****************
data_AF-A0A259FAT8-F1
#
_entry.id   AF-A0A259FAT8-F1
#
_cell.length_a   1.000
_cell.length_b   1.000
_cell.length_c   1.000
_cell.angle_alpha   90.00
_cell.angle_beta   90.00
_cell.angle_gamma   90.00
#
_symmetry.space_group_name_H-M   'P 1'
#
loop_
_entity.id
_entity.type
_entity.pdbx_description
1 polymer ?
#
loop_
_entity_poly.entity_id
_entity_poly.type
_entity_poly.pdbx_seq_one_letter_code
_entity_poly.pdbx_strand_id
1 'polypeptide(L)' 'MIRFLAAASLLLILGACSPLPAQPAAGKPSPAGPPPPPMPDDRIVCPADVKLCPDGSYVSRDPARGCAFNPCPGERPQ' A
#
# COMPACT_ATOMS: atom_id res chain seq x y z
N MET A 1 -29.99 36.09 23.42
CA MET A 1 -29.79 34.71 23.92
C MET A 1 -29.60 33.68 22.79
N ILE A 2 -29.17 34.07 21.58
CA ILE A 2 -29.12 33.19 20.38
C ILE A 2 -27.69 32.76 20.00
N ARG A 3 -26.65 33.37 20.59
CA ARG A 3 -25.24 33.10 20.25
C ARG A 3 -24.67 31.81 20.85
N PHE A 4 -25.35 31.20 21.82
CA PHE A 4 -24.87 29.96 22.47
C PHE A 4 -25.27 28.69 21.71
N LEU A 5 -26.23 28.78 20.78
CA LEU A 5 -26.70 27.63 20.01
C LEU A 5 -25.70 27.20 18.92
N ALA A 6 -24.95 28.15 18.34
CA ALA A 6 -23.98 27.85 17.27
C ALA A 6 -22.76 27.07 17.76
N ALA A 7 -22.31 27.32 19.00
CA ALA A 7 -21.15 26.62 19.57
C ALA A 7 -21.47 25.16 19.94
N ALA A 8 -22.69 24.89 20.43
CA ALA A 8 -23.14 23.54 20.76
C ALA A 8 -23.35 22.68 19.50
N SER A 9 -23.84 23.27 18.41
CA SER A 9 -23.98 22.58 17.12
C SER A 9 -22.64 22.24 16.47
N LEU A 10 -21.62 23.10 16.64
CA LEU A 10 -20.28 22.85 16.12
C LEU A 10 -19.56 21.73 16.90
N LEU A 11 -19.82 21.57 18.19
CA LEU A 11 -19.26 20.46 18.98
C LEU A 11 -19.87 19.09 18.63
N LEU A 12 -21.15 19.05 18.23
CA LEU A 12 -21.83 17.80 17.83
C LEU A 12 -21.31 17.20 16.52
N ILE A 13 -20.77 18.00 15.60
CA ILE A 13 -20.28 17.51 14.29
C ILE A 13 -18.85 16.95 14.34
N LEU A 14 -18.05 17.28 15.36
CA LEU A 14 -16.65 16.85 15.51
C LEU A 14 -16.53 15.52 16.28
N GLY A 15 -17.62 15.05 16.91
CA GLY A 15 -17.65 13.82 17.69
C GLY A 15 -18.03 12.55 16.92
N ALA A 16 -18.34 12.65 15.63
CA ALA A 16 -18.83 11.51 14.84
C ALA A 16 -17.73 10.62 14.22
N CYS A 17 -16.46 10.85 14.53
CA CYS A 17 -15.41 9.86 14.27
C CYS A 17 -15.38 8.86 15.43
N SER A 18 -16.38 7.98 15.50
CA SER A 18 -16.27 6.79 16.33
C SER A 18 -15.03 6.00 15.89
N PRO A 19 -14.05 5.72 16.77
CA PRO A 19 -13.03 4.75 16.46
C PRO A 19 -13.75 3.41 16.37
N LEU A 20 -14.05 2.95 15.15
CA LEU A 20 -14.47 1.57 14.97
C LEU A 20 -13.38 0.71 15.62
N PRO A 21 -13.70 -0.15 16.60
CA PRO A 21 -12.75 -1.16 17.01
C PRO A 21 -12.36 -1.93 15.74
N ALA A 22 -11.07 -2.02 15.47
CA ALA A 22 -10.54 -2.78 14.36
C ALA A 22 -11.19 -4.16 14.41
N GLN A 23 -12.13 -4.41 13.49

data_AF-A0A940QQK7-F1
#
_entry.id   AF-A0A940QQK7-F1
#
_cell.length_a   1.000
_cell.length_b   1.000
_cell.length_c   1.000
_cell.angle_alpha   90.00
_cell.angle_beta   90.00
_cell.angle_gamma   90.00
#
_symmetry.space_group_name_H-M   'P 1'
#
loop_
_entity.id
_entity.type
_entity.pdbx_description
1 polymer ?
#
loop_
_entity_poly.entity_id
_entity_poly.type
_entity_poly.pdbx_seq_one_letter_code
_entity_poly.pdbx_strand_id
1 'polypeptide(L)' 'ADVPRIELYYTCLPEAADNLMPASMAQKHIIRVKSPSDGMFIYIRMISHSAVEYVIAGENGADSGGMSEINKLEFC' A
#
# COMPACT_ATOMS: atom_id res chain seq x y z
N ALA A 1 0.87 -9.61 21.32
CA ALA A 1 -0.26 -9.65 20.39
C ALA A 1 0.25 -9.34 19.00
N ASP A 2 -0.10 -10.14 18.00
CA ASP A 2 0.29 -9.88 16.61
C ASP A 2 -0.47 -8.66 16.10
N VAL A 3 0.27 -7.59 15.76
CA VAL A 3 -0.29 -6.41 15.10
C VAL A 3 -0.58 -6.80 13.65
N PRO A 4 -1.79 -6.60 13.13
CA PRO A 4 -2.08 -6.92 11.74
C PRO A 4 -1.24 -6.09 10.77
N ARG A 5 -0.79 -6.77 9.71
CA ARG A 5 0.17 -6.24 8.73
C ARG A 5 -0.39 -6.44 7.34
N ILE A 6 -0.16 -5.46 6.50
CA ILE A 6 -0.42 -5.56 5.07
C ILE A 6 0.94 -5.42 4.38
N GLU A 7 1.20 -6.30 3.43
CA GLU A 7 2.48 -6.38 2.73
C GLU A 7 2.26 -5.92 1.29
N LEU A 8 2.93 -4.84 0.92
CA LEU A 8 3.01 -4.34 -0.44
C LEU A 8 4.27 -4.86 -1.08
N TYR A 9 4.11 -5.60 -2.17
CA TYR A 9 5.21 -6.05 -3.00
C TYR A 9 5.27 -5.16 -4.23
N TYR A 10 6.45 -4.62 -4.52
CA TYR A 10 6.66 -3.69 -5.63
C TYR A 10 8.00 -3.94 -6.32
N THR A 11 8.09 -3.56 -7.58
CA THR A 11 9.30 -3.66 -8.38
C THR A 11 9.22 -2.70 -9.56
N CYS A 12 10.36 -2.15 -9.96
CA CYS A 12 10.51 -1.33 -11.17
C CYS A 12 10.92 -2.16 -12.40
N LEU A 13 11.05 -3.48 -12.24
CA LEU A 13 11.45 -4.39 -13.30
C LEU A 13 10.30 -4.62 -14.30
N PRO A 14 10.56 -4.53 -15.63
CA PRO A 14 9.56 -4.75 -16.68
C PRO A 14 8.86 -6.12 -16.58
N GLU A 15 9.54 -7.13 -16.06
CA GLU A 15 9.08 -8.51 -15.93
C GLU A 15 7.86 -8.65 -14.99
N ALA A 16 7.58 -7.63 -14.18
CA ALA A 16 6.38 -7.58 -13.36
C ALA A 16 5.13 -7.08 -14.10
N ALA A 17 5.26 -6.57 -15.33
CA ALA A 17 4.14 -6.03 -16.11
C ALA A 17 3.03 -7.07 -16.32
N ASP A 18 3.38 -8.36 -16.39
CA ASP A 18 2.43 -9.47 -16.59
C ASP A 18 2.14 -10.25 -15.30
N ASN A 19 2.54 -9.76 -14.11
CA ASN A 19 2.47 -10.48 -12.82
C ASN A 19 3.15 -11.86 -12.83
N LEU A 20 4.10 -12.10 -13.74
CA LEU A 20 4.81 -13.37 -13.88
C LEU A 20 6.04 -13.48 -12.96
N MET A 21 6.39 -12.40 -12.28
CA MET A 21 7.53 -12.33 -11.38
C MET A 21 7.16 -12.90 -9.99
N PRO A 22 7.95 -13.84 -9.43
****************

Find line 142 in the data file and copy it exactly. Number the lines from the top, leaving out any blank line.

C GLU A 7 2.26 -5.92 1.29